REGISTER VIEWPOINT: Save money now with combined dispatch

The proposal to combine dispatch operations for the Sandusky and Perkins Township police departments offers immediate advantages acr
Sandusky Register Staff
May 24, 2010

 

The proposal to combine dispatch operations for the Sandusky and Perkins Township police departments offers immediate advantages across a spectrum of needs: save taxpayer dollars; improve service; provide the fire departments in both communities full-time attention; opportunity to extend services to other communities.

It's a plan that offers the potential to reduce expenses by more than $500,000 during the first 12 months in operation. It also offers continuing annualized savings of at least $140,000 in payroll; state-of-the-art report management; and the ability to pinpoint the locations of callers seeking emergency assistance using cell phones.

Sandusky police Chief Kim Nuesse and Perkins Township Chief Tim McClung, who head up the two agencies that have the heaviest dispatch loads in the county, developed the plan and both say it offers opportunity in the future to provide services to other communities in a cost-efficient manner using a council of governments approach to regional dispatch.

County commissioners are looking at a different way forward, however, and they hope to get enough support from area police and fire departments to move forward with a study to determine the advantages or disadvantages of a countywide dispatch center controlled by the sheriff.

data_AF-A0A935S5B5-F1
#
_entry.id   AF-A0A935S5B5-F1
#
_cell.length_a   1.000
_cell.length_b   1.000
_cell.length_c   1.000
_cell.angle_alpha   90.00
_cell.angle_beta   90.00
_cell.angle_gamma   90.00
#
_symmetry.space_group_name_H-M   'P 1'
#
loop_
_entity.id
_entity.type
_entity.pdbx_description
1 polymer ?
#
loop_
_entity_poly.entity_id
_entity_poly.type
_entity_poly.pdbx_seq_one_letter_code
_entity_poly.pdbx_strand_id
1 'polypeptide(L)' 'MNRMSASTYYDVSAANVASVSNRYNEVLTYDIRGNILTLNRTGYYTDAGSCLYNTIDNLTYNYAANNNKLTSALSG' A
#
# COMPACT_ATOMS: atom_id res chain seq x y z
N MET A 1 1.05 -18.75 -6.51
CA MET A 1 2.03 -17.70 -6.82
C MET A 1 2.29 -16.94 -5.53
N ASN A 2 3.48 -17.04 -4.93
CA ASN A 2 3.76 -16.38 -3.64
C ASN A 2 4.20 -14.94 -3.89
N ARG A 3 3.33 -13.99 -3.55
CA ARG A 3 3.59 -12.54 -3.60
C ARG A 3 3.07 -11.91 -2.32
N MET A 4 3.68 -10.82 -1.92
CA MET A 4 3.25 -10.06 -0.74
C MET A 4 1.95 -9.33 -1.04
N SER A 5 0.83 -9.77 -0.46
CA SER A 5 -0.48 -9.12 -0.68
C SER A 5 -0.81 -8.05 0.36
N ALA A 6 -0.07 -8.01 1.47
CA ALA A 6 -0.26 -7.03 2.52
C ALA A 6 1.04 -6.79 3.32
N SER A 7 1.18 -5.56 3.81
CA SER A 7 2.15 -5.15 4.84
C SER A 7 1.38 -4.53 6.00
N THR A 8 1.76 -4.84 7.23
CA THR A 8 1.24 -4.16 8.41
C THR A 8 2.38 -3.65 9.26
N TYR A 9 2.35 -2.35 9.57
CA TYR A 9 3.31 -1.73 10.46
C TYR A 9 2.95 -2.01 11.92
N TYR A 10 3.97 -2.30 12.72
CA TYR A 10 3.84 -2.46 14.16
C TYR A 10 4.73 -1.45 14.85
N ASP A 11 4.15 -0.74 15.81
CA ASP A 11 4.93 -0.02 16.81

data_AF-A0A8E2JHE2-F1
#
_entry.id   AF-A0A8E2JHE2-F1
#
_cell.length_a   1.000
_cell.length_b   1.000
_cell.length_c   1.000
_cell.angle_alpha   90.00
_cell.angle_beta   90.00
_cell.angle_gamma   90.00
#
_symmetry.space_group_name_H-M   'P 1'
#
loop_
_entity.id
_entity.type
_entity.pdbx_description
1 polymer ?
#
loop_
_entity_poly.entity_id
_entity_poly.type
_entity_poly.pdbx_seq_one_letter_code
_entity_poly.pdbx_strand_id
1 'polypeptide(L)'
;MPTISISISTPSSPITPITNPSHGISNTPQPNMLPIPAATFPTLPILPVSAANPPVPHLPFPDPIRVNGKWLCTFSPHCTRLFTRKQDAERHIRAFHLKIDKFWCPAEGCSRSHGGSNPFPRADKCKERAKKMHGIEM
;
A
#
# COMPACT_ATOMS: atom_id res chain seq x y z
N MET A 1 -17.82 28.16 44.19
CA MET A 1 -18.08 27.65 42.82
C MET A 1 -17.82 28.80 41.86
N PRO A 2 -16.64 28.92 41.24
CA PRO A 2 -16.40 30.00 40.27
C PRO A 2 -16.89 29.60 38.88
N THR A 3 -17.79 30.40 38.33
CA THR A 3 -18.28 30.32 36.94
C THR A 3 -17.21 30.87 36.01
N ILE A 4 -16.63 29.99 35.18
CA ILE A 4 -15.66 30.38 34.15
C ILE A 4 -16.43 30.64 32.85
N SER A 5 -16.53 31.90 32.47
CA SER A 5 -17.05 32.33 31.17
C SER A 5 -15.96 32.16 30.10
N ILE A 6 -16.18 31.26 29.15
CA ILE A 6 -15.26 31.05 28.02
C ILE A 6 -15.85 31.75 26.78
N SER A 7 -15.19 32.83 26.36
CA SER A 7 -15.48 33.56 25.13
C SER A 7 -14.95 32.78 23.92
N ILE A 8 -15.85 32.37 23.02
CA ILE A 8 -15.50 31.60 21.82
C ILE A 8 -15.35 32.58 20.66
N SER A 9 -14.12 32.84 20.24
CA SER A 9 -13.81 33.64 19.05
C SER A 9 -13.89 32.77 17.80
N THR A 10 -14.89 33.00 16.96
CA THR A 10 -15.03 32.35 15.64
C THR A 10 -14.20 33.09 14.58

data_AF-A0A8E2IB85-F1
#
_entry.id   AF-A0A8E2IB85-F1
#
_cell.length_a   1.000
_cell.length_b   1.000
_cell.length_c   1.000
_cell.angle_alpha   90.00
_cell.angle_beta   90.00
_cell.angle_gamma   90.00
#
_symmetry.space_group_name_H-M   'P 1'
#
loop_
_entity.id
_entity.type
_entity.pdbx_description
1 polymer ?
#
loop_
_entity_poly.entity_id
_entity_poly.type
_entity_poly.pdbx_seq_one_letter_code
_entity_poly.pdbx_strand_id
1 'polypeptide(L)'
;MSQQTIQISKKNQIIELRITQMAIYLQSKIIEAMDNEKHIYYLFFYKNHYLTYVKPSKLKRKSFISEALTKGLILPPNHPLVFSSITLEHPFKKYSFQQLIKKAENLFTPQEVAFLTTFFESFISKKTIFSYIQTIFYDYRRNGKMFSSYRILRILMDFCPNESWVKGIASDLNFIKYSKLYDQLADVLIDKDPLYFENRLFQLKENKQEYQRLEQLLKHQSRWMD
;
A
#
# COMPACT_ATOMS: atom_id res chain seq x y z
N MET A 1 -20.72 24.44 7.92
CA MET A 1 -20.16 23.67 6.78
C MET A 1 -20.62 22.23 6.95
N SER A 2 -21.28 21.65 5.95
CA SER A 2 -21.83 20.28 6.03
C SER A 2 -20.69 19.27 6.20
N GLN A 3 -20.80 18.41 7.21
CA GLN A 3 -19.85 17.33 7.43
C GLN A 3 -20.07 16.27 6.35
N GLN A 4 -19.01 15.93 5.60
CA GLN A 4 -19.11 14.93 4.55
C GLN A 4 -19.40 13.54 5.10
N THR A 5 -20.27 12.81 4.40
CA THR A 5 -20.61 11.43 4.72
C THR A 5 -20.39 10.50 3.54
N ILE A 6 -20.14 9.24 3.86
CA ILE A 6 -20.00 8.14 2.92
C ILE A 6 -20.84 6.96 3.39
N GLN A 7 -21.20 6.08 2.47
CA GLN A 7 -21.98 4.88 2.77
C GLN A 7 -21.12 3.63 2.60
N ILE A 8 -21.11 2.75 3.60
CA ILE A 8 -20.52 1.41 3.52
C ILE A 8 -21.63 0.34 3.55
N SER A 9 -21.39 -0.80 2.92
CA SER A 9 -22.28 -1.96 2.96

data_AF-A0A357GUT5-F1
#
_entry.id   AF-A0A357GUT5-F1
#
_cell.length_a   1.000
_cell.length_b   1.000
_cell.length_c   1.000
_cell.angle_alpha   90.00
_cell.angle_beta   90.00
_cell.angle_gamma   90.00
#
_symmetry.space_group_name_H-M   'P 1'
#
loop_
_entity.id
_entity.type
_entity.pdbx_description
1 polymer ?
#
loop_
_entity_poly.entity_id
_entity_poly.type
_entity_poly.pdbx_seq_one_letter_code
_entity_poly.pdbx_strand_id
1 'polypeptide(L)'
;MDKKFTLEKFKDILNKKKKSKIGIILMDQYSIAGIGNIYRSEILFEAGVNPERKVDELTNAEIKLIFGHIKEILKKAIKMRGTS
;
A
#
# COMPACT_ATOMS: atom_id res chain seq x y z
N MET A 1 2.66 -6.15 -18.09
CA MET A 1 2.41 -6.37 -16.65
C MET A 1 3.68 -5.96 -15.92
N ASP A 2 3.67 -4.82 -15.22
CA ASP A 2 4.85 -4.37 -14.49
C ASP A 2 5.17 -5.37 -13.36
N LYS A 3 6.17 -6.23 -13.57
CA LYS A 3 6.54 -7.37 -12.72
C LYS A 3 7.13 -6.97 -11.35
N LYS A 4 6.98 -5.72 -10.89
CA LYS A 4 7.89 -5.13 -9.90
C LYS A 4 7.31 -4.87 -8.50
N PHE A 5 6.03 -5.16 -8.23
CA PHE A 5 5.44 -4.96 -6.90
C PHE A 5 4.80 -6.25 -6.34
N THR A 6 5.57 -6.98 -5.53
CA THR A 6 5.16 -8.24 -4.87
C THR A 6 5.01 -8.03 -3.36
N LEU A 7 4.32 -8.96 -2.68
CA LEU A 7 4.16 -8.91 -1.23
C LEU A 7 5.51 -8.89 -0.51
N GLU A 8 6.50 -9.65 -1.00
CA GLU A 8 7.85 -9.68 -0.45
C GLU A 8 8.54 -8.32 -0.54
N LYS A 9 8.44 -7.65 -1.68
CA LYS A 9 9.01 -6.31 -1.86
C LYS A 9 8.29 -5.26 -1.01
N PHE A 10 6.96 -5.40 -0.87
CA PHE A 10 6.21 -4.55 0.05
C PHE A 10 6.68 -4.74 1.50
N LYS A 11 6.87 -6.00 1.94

We believe Sandusky and Perkins can move forward with their plan and the county study should go forward if there is enough solid support for it. There's no reason to put the Sandusky-Perkins plan on hold.

But commissioners should make sure the study they want looks at both county-controlled centralized dispatch option as well as the COG option supported by the chiefs and others.

The specifications commissioners have for the study currently deletes all reference to the COG option from the equation. If there is to be study it should be one that is open to reasonable conclusions that might not fit what commissioners envision.

It will be two years before any real action happens on regionalizing dispatch services if commissioners are successful in their efforts. We urge them to support the efforts in Sandusky and Perkins to reduce costs now and find a compromise that will let both options go forward.

We also urge Sandusky city commissioners and Perkins Township trustees to carefully examine the proposal from Nuesse and McClung. Embrace it, change it, further develop it, or reject it, if necessary. But don't let commissioners put the kibosh on a plan that appears to have merit just because they want to go in a different direction.